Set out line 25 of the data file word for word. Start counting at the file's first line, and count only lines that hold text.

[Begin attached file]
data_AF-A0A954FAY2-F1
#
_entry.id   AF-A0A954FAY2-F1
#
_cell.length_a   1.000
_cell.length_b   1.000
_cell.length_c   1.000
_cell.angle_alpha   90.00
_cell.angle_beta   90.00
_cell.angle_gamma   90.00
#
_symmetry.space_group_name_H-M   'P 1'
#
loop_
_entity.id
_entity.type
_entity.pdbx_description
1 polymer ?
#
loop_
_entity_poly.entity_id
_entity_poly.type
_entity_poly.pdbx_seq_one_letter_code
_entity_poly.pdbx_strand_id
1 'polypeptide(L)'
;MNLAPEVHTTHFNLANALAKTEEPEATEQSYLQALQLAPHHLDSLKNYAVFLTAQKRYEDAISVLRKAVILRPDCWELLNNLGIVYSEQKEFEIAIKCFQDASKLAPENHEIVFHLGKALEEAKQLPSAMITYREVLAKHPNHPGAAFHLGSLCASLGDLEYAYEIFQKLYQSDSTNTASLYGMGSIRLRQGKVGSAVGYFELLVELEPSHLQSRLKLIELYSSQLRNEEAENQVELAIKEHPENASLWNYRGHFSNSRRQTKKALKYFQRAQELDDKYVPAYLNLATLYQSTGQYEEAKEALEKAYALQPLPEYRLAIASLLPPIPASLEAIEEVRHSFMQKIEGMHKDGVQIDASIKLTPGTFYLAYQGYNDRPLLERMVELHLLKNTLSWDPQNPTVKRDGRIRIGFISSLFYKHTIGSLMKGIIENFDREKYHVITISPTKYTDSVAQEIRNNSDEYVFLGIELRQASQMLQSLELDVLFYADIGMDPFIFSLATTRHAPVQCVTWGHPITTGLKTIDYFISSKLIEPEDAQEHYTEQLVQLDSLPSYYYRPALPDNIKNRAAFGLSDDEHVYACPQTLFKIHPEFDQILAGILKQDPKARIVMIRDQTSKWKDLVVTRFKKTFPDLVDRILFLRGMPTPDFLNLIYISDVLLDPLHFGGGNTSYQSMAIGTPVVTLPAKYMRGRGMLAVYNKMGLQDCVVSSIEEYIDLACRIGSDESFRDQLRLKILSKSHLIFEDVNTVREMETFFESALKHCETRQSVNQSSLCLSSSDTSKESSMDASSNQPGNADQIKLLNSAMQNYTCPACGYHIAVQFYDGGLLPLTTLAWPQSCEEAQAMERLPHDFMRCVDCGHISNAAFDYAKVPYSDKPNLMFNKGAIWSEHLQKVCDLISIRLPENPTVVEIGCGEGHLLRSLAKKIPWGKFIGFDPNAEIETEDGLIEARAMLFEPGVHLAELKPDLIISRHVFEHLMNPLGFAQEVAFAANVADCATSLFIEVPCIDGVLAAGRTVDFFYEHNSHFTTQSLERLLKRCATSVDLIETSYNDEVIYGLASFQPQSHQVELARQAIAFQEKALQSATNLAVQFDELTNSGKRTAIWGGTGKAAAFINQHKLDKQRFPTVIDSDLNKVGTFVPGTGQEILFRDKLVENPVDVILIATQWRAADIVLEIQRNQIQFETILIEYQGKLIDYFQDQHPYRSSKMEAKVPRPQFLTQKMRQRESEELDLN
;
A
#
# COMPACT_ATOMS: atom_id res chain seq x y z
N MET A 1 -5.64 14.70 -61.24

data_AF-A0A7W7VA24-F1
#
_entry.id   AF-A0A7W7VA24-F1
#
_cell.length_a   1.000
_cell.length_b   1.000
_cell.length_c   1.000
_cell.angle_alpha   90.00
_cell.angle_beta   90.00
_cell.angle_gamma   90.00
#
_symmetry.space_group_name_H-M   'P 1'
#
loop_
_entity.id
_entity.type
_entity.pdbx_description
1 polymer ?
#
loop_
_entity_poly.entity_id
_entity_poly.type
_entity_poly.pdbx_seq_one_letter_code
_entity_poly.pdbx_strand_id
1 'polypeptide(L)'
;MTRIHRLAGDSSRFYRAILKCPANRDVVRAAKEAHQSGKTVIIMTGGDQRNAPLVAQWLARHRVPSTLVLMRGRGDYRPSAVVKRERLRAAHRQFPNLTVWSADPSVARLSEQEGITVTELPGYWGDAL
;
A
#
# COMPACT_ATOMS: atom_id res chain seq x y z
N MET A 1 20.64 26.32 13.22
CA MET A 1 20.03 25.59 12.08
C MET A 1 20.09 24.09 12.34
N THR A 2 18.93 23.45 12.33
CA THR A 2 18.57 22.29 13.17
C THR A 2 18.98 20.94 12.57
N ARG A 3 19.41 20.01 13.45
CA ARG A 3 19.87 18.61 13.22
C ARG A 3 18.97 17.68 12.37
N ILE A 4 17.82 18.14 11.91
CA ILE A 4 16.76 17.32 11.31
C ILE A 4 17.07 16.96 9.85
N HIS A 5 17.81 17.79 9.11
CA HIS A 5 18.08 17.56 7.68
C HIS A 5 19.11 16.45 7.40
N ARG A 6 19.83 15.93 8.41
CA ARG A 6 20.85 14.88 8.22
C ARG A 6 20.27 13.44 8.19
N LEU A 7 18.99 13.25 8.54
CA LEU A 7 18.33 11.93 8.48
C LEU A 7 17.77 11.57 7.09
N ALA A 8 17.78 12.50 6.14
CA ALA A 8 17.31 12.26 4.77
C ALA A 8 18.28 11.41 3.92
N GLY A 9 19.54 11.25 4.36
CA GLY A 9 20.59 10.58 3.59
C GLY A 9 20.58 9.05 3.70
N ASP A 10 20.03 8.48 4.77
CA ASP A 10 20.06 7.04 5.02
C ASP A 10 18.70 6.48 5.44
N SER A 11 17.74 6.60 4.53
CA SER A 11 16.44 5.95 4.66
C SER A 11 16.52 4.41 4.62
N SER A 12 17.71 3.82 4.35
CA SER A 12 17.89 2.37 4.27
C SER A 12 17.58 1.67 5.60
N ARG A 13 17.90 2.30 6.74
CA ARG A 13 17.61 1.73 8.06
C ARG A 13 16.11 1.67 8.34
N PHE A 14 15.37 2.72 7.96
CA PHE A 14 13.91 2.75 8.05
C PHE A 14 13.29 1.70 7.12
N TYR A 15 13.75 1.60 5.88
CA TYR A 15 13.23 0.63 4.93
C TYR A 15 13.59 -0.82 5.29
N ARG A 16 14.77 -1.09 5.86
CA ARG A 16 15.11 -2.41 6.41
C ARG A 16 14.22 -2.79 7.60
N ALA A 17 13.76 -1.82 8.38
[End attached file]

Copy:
1 'polypeptide(L)'